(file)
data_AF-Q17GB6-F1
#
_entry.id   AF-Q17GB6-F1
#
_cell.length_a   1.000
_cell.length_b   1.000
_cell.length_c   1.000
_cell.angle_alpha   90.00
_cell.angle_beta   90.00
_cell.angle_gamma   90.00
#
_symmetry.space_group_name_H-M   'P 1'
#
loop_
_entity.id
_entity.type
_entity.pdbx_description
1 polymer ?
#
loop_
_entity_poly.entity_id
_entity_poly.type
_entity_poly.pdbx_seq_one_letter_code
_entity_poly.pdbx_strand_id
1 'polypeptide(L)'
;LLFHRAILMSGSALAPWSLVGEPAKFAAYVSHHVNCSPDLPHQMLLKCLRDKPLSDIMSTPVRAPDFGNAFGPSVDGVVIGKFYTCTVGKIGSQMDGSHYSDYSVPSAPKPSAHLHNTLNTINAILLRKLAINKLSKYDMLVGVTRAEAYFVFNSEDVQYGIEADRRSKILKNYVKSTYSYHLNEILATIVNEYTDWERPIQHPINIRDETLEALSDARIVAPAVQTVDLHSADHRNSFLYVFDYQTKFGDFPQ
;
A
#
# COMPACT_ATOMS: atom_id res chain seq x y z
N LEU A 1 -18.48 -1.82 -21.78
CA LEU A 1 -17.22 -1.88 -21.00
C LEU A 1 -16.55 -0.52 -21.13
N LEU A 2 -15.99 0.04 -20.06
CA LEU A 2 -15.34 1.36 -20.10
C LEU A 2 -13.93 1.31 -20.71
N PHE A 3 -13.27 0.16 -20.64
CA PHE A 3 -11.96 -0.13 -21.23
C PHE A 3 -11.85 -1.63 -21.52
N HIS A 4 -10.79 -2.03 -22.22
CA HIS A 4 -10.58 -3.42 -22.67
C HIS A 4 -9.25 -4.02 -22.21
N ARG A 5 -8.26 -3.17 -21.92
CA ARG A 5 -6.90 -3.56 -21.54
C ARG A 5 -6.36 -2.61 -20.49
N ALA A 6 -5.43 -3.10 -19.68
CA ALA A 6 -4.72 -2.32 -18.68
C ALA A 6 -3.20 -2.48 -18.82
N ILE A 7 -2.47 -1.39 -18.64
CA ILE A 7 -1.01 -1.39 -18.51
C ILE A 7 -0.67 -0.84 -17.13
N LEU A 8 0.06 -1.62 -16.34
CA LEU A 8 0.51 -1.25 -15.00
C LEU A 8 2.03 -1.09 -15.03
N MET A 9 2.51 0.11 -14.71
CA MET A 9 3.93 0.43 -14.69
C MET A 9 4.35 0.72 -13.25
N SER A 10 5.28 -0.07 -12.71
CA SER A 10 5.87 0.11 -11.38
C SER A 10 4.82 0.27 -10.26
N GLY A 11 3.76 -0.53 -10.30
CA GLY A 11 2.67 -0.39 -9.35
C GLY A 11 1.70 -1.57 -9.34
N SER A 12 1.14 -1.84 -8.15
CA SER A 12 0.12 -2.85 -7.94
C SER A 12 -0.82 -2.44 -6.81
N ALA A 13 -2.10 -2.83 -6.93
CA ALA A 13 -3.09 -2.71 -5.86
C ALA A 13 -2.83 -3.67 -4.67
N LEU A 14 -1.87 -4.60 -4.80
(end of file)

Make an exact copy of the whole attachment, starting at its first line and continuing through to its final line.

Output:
data_AF-Q17GB6-F1
#
_entry.id   AF-Q17GB6-F1
#
_cell.length_a   1.000
_cell.length_b   1.000
_cell.length_c   1.000
_cell.angle_alpha   90.00
_cell.angle_beta   90.00
_cell.angle_gamma   90.00
#
_symmetry.space_group_name_H-M   'P 1'
#
loop_
_entity.id
_entity.type
_entity.pdbx_description
1 polymer ?
#
loop_
_entity_poly.entity_id
_entity_poly.type
_entity_poly.pdbx_seq_one_letter_code
_entity_poly.pdbx_strand_id
1 'polypeptide(L)'
;LLFHRAILMSGSALAPWSLVGEPAKFAAYVSHHVNCSPDLPHQMLLKCLRDKPLSDIMSTPVRAPDFGNAFGPSVDGVVIGKFYTCTVGKIGSQMDGSHYSDYSVPSAPKPSAHLHNTLNTINAILLRKLAINKLSKYDMLVGVTRAEAYFVFNSEDVQYGIEADRRSKILKNYVKSTYSYHLNEILATIVNEYTDWERPIQHPINIRDETLEALSDARIVAPAVQTVDLHSADHRNSFLYVFDYQTKFGDFPQ
;
A
#
# COMPACT_ATOMS: atom_id res chain seq x y z
N LEU A 1 -18.48 -1.82 -21.78
CA LEU A 1 -17.22 -1.88 -21.00
C LEU A 1 -16.55 -0.52 -21.13
N LEU A 2 -15.99 0.04 -20.06
CA LEU A 2 -15.34 1.36 -20.10
C LEU A 2 -13.93 1.31 -20.71
N PHE A 3 -13.27 0.16 -20.64
CA PHE A 3 -11.96 -0.13 -21.23
C PHE A 3 -11.85 -1.63 -21.52
N HIS A 4 -10.79 -2.03 -22.22
CA HIS A 4 -10.58 -3.42 -22.67
C HIS A 4 -9.25 -4.02 -22.21
N ARG A 5 -8.26 -3.17 -21.92
CA ARG A 5 -6.90 -3.56 -21.54
C ARG A 5 -6.36 -2.61 -20.49
N ALA A 6 -5.43 -3.10 -19.68
CA ALA A 6 -4.72 -2.32 -18.68
C ALA A 6 -3.20 -2.48 -18.82
N ILE A 7 -2.47 -1.39 -18.64
CA ILE A 7 -1.01 -1.39 -18.51
C ILE A 7 -0.67 -0.84 -17.13
N LEU A 8 0.06 -1.62 -16.34
CA LEU A 8 0.51 -1.25 -15.00
C LEU A 8 2.03 -1.09 -15.03
N MET A 9 2.51 0.11 -14.71
CA MET A 9 3.93 0.43 -14.69
C MET A 9 4.35 0.72 -13.25
N SER A 10 5.28 -0.07 -12.71
CA SER A 10 5.87 0.11 -11.38
C SER A 10 4.82 0.27 -10.26
N GLY A 11 3.76 -0.53 -10.30
CA GLY A 11 2.67 -0.39 -9.35
C GLY A 11 1.70 -1.57 -9.34
N SER A 12 1.14 -1.84 -8.15
CA SER A 12 0.12 -2.85 -7.94
C SER A 12 -0.82 -2.44 -6.81
N ALA A 13 -2.10 -2.83 -6.93
CA ALA A 13 -3.09 -2.71 -5.86
C ALA A 13 -2.83 -3.67 -4.67
N LEU A 14 -1.87 -4.60 -4.80